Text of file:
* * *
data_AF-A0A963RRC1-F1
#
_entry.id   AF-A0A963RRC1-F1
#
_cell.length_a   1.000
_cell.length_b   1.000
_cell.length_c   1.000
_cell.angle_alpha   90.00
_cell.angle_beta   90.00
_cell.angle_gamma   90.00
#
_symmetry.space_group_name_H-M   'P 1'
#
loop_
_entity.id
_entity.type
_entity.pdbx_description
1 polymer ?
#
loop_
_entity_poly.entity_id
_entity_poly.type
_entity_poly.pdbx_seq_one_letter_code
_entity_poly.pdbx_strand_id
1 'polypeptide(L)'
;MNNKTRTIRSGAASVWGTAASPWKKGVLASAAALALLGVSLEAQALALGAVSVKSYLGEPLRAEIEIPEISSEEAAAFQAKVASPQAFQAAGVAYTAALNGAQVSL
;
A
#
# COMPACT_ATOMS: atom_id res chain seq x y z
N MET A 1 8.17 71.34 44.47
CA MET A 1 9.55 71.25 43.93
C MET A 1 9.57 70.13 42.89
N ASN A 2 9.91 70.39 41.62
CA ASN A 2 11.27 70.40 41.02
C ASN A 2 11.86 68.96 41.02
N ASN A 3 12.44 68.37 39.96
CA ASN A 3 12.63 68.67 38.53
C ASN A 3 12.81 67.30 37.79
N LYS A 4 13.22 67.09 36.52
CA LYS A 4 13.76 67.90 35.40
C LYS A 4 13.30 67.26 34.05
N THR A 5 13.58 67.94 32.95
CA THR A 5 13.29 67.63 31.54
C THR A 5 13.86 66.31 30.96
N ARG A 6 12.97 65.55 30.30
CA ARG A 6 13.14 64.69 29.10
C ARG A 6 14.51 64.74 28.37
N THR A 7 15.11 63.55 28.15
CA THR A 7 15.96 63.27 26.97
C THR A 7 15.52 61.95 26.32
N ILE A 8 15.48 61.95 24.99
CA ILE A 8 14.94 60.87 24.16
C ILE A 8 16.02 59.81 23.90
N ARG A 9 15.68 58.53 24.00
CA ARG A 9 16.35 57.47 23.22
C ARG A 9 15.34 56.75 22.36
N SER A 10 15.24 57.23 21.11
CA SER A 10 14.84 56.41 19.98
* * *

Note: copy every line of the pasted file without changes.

data_AF-A0A963RRC1-F1
#
_entry.id   AF-A0A963RRC1-F1
#
_cell.length_a   1.000
_cell.length_b   1.000
_cell.length_c   1.000
_cell.angle_alpha   90.00
_cell.angle_beta   90.00
_cell.angle_gamma   90.00
#
_symmetry.space_group_name_H-M   'P 1'
#
loop_
_entity.id
_entity.type
_entity.pdbx_description
1 polymer ?
#
loop_
_entity_poly.entity_id
_entity_poly.type
_entity_poly.pdbx_seq_one_letter_code
_entity_poly.pdbx_strand_id
1 'polypeptide(L)'
;MNNKTRTIRSGAASVWGTAASPWKKGVLASAAALALLGVSLEAQALALGAVSVKSYLGEPLRAEIEIPEISSEEAAAFQAKVASPQAFQAAGVAYTAALNGAQVSL
;
A
#
# COMPACT_ATOMS: atom_id res chain seq x y z
N MET A 1 8.17 71.34 44.47
CA MET A 1 9.55 71.25 43.93
C MET A 1 9.57 70.13 42.89
N ASN A 2 9.91 70.39 41.62
CA ASN A 2 11.27 70.40 41.02
C ASN A 2 11.86 68.96 41.02
N ASN A 3 12.44 68.37 39.96
CA ASN A 3 12.63 68.67 38.53
C ASN A 3 12.81 67.30 37.79
N LYS A 4 13.22 67.09 36.52
CA LYS A 4 13.76 67.90 35.40
C LYS A 4 13.30 67.26 34.05
N THR A 5 13.58 67.94 32.95
CA THR A 5 13.29 67.63 31.54
C THR A 5 13.86 66.31 30.96
N ARG A 6 12.97 65.55 30.30
CA ARG A 6 13.14 64.69 29.10
C ARG A 6 14.51 64.74 28.37
N THR A 7 15.11 63.55 28.15
CA THR A 7 15.96 63.27 26.97
C THR A 7 15.52 61.95 26.32
N ILE A 8 15.48 61.95 24.99
CA ILE A 8 14.94 60.87 24.16
C ILE A 8 16.02 59.81 23.90
N ARG A 9 15.68 58.53 24.00
CA ARG A 9 16.35 57.47 23.22
C ARG A 9 15.34 56.75 22.36
N SER A 10 15.24 57.23 21.11
CA SER A 10 14.84 56.41 19.98